Planning for Chaos

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Managing time, work and interruptions is a goal that so many people have and fight with throughout the day.  It becomes a game of priorities – what is right in front of them, what are people asking for the most, what looks interesting and what is that thing that is constantly pushing to the back of my desk. What would be interesting would be learning how to manage chaos.  As in, provide room in your schedule for a certain amount of uncertainty or chaos.  If we looked at time the way we look at manufacturing, we would say that we have a laxed production schedule, which allows for anomalies in the production line.  From another perspective, at times, we don’t leave room in our schedules for other things. Taking a thought from Project Management, if we determine at the beginning of the week what critical things must be done and by when (the critical path), we  begin to see a clearer picture of what can be done.  So we stop looking at how much gets done, and focus more on what IMPORTANT things get done, and ensure that they get done. Think about a UPS driver.  Their sole goal is to deliver packages.  That is all they have to do.  However, they run into problems such as traffic, customers who aren’t where they are supposed to be, heavy loads and packages, damaged items, etc.  Regardless of the interruption, once completed, they are clearly focused on their next goal. Now, taking that a step further, they have four sets of priority deliveries – the early morning priority, the before 12:00 priority, business deliveries (before 5:00) and residential deliveries (before 7:00).  How likely is it that they will drop off a residential delivery before 8:00 am?  What about dropping off a 12:00 delivery after 5:00?  It’s more likely that a residential delivery will be a day late then their missing an 8:00 delivery. Why is that?  Because they have an understanding of priorities.  They know what has to be delivered to who, when.  They also understand chaos, and build it into their schedule, and update that schedule as things change.  Therefore, putting together that presentation, uninterrupted, would normally take two hours.  However, with the realization that there are going to be unplanned events, maybe setting aside three hours to do the presentation is the best course of action to take. As an Extraordinary Leader, you’ve got to plan for the unexpected.  At the same time, you’ve got to get things done.  We don’t have options when it comes to expectations.  If our clients expect us to be late, expect our product or service to be sub par, expect our customer service to be inattentive, how can they expect us to be extraordinary? Aepiphanni is a Business Consultancy that provides Management Consulting, Implementation and Managed Services to business leaders and entrepreneurs seeking to improve or expand operations. We are the trusted advisor to those seeking forward-thinking operational and strategic solutions to help them plan for and navigate through the challenges of business growth. If you are ready to discuss how Aepiphanni can help you with business strategy, overcoming challenges to growth or any number of business solutions for your business, whether a small, growing or established company, contact us directly or submit a request for a complimentary Coffee & a Consult to learn how we can help you CREATE | DESIGN | BUILD an Extraordinary company. AddThis Social Bookmark Button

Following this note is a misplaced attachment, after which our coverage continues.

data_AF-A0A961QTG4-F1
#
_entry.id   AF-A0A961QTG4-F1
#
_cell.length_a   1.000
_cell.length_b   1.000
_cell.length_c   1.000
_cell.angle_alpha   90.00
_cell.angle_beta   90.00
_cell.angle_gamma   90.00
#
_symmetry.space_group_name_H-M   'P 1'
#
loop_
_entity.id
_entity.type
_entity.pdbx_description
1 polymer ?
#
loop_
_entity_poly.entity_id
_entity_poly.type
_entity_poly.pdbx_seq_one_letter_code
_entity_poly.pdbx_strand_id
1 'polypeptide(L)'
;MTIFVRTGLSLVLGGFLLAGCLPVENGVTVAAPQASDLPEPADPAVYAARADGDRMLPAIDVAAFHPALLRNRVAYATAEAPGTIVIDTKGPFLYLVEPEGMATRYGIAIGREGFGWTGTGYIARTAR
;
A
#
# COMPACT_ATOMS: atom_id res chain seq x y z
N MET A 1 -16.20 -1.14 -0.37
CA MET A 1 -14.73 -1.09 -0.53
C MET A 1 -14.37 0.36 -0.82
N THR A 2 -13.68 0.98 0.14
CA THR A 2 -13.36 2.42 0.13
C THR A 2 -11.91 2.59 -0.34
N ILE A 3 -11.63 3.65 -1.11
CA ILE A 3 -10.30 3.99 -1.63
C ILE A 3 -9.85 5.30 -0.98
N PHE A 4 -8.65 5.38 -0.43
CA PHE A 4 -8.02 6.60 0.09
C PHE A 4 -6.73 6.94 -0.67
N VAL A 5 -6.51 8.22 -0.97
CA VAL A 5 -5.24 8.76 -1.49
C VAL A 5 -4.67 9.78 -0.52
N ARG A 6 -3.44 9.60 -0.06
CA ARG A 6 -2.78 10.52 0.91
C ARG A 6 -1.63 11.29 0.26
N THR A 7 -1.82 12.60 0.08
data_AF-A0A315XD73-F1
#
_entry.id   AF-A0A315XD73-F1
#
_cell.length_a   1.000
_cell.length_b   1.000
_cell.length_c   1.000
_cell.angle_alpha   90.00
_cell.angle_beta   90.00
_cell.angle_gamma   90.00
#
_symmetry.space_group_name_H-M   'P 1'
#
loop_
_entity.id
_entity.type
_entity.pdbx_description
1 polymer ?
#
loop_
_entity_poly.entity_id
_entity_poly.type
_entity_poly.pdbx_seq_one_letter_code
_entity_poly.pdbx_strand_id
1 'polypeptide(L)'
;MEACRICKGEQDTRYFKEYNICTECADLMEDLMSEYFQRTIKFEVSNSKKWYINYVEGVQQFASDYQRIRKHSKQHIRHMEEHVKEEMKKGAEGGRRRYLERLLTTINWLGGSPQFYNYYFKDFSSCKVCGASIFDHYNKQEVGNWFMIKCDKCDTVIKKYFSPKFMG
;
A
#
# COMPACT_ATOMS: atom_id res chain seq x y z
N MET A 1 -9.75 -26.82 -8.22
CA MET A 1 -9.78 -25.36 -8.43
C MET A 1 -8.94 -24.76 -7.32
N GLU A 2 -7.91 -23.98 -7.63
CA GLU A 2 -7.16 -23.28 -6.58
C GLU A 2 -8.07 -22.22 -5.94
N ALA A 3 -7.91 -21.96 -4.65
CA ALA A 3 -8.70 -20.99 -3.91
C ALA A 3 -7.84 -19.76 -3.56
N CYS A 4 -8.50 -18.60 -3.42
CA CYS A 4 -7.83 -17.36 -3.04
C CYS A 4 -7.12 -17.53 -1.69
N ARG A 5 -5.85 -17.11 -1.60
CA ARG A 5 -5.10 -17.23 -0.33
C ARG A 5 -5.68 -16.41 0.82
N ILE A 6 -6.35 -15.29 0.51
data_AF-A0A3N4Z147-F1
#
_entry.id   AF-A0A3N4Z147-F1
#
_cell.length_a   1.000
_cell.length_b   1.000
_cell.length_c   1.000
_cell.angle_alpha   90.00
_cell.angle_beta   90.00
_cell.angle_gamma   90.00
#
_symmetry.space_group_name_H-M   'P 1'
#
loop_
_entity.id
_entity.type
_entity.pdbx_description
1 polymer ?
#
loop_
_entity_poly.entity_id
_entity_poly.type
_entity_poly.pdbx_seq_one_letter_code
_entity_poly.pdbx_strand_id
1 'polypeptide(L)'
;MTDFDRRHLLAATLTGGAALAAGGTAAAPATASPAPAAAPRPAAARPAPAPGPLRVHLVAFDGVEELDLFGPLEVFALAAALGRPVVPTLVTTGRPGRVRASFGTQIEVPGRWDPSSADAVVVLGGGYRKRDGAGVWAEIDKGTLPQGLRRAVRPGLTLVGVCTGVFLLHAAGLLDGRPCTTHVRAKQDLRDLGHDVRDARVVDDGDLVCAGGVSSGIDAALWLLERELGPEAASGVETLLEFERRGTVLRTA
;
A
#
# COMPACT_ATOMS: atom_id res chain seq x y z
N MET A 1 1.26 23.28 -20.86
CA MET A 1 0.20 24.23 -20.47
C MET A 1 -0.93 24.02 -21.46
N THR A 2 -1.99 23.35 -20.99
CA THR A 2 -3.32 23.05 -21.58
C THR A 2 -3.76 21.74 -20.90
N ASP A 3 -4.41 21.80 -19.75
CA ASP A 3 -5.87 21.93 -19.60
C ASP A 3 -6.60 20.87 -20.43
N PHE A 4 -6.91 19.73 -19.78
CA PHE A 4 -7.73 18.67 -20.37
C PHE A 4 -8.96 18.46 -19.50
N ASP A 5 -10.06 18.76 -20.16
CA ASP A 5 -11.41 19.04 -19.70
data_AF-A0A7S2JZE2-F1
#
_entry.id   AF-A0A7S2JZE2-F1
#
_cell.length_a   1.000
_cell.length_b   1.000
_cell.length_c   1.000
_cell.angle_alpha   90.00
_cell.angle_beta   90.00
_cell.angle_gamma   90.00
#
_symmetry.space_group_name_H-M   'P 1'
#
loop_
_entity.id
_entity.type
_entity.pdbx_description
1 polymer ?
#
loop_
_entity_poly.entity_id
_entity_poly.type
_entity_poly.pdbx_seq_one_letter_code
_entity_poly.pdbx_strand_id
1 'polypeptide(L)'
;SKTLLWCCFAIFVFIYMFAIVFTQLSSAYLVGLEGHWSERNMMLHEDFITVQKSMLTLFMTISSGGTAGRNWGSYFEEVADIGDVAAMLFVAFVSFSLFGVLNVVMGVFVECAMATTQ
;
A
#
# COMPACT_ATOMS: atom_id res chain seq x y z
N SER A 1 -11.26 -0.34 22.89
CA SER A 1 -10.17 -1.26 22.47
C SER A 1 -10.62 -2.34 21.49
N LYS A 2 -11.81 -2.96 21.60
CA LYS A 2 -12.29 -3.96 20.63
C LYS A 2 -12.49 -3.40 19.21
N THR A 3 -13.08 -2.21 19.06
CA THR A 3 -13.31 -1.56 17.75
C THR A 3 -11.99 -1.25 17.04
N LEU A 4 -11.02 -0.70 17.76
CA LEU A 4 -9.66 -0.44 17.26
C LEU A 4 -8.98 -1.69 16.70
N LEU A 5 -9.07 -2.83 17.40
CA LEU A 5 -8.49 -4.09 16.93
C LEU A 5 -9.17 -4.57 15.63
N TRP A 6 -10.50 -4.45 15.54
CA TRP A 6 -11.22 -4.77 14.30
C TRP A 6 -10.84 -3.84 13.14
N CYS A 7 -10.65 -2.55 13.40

Technorati Tags: Chaos,Process,time management,leadership development,priorities,schedules,extraordinary business

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